Slightly under-cooked pasta is best for freezing, this avoids it going sloppy when you reheat. Before freezing let the pasta cool a little and drizzle it with olive oil to stop it from sticking together in the freezer. Once defrosted, pasta can be enjoyed with various sauces such as roast squash and hazelnut sauce, pumpkin sauce, or with lemon capers and parmesan, whatever tickles your tastebuds!

Bananas freeze fantastically without their skin, just slice them up and pop them in an airtight container before putting in the freezer. Use frozen bananas to make a healthy alternative to ice cream, or coat them in melted chocolate before freezing for a sweet treat.

You butter believe it, it freezes beautifully. Tried making homemade herb butter? You can save it for a later date by wrapping it tightly in aluminium foil, beeswax wrap or plastic freezer wrap or place it inside container or freezer bag. To thaw it quickly, you can grate it or microwave it…or go slow and let it defrost over time in the fridge.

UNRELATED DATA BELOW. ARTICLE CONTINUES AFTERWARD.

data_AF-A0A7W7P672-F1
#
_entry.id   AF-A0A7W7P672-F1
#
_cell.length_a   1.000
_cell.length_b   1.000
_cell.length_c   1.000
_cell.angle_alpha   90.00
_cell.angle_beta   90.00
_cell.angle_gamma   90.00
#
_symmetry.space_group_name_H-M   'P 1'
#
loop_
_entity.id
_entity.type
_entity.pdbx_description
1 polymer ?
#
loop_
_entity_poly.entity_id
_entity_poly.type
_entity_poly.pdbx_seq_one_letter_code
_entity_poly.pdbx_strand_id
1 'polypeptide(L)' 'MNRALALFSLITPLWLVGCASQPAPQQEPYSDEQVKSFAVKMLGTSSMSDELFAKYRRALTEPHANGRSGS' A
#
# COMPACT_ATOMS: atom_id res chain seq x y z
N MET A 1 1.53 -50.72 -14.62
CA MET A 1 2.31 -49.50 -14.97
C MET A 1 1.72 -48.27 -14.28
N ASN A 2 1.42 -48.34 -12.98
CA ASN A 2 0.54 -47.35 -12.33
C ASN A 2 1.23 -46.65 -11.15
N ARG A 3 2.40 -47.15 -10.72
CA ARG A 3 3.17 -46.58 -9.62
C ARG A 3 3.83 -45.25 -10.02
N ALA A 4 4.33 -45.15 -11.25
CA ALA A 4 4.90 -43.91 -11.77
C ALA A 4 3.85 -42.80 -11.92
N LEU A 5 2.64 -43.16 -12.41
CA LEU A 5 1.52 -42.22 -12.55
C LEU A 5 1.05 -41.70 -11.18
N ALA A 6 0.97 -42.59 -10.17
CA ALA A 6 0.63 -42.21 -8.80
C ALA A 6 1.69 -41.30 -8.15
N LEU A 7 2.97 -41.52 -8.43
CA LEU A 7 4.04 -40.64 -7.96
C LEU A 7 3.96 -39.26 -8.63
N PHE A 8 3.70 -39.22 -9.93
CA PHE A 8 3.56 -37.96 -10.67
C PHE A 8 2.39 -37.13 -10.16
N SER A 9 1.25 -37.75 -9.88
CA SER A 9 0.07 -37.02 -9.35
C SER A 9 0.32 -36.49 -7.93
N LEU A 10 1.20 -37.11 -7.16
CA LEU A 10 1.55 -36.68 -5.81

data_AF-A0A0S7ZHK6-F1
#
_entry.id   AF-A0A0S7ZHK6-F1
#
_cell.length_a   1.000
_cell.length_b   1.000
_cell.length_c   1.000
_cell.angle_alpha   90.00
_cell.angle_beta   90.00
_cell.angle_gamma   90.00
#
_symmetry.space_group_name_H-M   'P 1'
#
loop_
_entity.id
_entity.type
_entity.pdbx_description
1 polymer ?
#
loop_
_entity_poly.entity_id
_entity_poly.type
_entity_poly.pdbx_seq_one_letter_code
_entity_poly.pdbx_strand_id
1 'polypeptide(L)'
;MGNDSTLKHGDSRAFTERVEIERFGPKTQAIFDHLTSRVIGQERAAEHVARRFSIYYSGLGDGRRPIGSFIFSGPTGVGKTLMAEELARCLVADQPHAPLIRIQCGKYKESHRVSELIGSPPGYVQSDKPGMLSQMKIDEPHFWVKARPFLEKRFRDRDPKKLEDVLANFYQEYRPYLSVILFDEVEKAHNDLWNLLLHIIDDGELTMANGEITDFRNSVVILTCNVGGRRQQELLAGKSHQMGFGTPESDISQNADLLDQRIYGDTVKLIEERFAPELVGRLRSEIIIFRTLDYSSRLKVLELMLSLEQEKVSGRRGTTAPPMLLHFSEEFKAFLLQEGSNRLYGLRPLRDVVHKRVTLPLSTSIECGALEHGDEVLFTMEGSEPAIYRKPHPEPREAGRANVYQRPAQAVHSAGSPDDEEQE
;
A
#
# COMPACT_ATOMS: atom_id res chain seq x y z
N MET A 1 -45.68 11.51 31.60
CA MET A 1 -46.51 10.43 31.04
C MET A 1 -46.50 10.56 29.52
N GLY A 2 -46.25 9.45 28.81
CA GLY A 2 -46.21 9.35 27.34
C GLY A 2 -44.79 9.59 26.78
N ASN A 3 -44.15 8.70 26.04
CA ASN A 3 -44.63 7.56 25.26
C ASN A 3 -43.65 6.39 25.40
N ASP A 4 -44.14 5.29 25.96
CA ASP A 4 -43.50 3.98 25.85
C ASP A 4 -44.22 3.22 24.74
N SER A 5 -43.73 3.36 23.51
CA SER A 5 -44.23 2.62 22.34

Grown or bought a glut? Blitz before freezing and keep in a sealed container. You'll have tomatoes ready for curry sauces and soups.

Whether it's homemade banana bread, Irish soda bread or shop-bought bread, you could slice it before you freeze to keep a constant supply of bread ready to toast fresh.

Berries freeze nicely, although they may go a bit squidgy when defrosting. Use as ice cubes to chill your beverages, sprinkle on top of your porridge, pop them in a smoothie, or whip up a seasonal summer pudding.

Chopped up chillies and herbs: Seal in a clip lock box to avoid frostbite. Some herbs don’t freeze so well. See below.